The Tragic Hero

TheTragic Hero

OedipusTyrannus, who is the main character of the play, is seen to have atragic limitation, given the fact that his moral disposition wassomewhat, skewed, he fell out of touch with the general societalnorms. He was an actor that would make people fail to associatepositively with the actions that he makes (Segal 101). AlthoughOedipus could have carried out some good practices in his lifetime,all of that is washed away as he concentrates on fighting againstwhat he believes is bad. In spite of the views that people have aboutOedipus, it is not true that we need to view him as tragic onlybecause there are various other good characters that can beestablished concerning him, which could provide the reasons toemulate him in the long run.

Oneof the aspects that can be seen about Oedipus is the fact that he wasa very good king. In general, he was so much concerned about theaffairs of the people whom he ruled and as such, got out to makeactions that would act towards their favor. In fact, his relationshipwith his subjects is quite personal to the extent that he sees themmore as his children than the people that he governs. Regarding tothe power that he has over the land, he also upholds his end of thebargain through ensuring that he maintain very high standards ofvirtuous living through having practices that are highly consistentwith the values and ethics of the land (Macintosh 26). For instance,he sets out to ensure that honesty is a part of many people in thecommunity that he governs. Since he is the one on top, he has faiththat by acting as a role model, he will most likely be able tomotivate the other people to adopt the kind of practices that will beparamount in influencing their behavior towards one another,something that would obviously have an effect on the society.

TheKing also has great passion and zeal in the matters that are soimportant to him to the extent that he does his best to ensure thatthey are well resolved. This is a commendable character that a ruleneeds to bear since he needs to lead the subjects with a mind that isready and willing to go a step further to address the problems thatthey could be facing in their region (Segal 106). The enthusiasm andenergy play a big role in ensuring that the quest of such anindividual does not go to waste since they will enable him to stay oncourse even during times when things seem somehow tough. One of theinstances where Oedipus was very focused on the problem at hand iswhen there was an outbreak of plague in his land. This problem gavehim many sleepless nights as he sought ways that would enable him todo away with the challenge and help to alleviate his people from thegreat suffering that they were obviously subjected to. The lack ofsleep on his part was a way of him being seen to be suffering onbehalf of the entire city. These actions also motivate him to facehis subjects directly, without having to go through messengers, as away of indicating that he is with them, and they can rely on him tobe able to assist in an area that they could be less sufficient.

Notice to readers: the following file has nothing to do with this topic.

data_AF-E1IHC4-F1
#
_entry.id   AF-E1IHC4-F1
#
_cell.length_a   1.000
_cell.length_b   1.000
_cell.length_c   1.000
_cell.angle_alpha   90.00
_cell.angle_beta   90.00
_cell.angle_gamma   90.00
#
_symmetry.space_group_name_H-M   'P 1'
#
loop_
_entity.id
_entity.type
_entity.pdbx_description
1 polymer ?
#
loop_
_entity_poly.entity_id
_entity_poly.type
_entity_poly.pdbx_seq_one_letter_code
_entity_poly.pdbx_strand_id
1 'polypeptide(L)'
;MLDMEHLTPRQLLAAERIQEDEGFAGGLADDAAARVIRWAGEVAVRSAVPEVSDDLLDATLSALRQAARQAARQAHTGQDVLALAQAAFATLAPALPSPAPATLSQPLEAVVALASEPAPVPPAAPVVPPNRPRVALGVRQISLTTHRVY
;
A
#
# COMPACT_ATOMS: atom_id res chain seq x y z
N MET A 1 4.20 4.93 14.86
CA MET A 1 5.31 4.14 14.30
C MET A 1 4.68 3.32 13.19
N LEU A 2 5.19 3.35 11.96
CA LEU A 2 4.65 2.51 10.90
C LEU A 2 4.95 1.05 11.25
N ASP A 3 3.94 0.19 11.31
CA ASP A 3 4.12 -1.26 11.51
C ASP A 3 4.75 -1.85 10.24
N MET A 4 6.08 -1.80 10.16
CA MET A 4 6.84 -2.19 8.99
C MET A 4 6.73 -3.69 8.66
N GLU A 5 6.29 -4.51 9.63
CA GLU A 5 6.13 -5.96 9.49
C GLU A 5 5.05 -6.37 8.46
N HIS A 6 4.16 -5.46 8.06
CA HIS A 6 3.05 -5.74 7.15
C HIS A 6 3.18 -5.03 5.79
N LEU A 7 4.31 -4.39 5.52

Mostof the people who were under his rule quite loved him as their leaderas they felt that he really cared about their interests and hadproved to them from time to time that he could make decisions thatare reliable and able to bring good tidings to the land (Macintosh29). They are also wowed by the esteem that he commands, a factorthat is very pertinent for a leader to have since he represents thepower that the people in a certain land have. They are also elated bythe great level of excellence that he has in his endeavor, whichmakes them feel proud to have him as their king.

Sure,like any other human being, Oedipus has limitations, although theyend up proving to be quite costly and lead to his ruin. He disobeysthe orders of the priest and makes decisions that play a part incausing his downfall (Segal 120). One of them includes executing aman who is old enough to be his father while the other one is thefact that he decided to marry a woman who was old enough to be hismother. These two actions cause a problem between him and the gods,which leads to his demise. Although he trusted so much in himself anderred in judgment, some of the earlier actions that he had taken werequite effective and also need to be commended.


Macintosh,Fiona.&nbspSophocles:Oedipus Tyrannus.Cambridge: Cambridge University Press, 2009. 26,29

Segal,Charles.&nbspOedipusTyrannus: Tragic Heroism and the Limits of Knowledge.Vol. 108. Oxford University Press on Demand, 2001. 101,106, 120